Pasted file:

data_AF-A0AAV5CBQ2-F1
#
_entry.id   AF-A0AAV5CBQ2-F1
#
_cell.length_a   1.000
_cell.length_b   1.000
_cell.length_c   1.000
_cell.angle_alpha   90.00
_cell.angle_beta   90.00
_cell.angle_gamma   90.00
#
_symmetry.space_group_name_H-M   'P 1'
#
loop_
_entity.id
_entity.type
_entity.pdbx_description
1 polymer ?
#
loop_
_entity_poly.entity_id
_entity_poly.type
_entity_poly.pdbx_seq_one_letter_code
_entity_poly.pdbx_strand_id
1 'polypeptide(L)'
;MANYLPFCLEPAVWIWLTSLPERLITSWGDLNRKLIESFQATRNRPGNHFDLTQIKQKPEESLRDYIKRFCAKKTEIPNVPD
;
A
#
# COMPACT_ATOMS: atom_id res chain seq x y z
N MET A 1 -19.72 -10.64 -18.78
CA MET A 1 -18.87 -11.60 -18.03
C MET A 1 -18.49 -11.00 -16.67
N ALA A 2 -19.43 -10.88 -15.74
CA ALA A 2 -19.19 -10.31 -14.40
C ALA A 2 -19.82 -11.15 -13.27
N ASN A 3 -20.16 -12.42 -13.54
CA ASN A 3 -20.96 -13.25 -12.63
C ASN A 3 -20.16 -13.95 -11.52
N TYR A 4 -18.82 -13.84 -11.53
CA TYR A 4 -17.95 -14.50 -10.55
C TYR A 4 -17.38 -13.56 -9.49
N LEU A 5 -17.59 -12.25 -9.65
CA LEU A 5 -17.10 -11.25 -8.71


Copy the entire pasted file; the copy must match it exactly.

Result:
data_AF-A0AAV5CBQ2-F1
#
_entry.id   AF-A0AAV5CBQ2-F1
#
_cell.length_a   1.000
_cell.length_b   1.000
_cell.length_c   1.000
_cell.angle_alpha   90.00
_cell.angle_beta   90.00
_cell.angle_gamma   90.00
#
_symmetry.space_group_name_H-M   'P 1'
#
loop_
_entity.id
_entity.type
_entity.pdbx_description
1 polymer ?
#
loop_
_entity_poly.entity_id
_entity_poly.type
_entity_poly.pdbx_seq_one_letter_code
_entity_poly.pdbx_strand_id
1 'polypeptide(L)'
;MANYLPFCLEPAVWIWLTSLPERLITSWGDLNRKLIESFQATRNRPGNHFDLTQIKQKPEESLRDYIKRFCAKKTEIPNVPD
;
A
#
# COMPACT_ATOMS: atom_id res chain seq x y z
N MET A 1 -19.72 -10.64 -18.78
CA MET A 1 -18.87 -11.60 -18.03
C MET A 1 -18.49 -11.00 -16.67
N ALA A 2 -19.43 -10.88 -15.74
CA ALA A 2 -19.19 -10.31 -14.40
C ALA A 2 -19.82 -11.15 -13.27
N ASN A 3 -20.16 -12.42 -13.54
CA ASN A 3 -20.96 -13.25 -12.63
C ASN A 3 -20.16 -13.95 -11.52
N TYR A 4 -18.82 -13.84 -11.53
CA TYR A 4 -17.95 -14.50 -10.55
C TYR A 4 -17.38 -13.56 -9.49
N LEU A 5 -17.59 -12.25 -9.65
CA LEU A 5 -17.10 -11.25 -8.71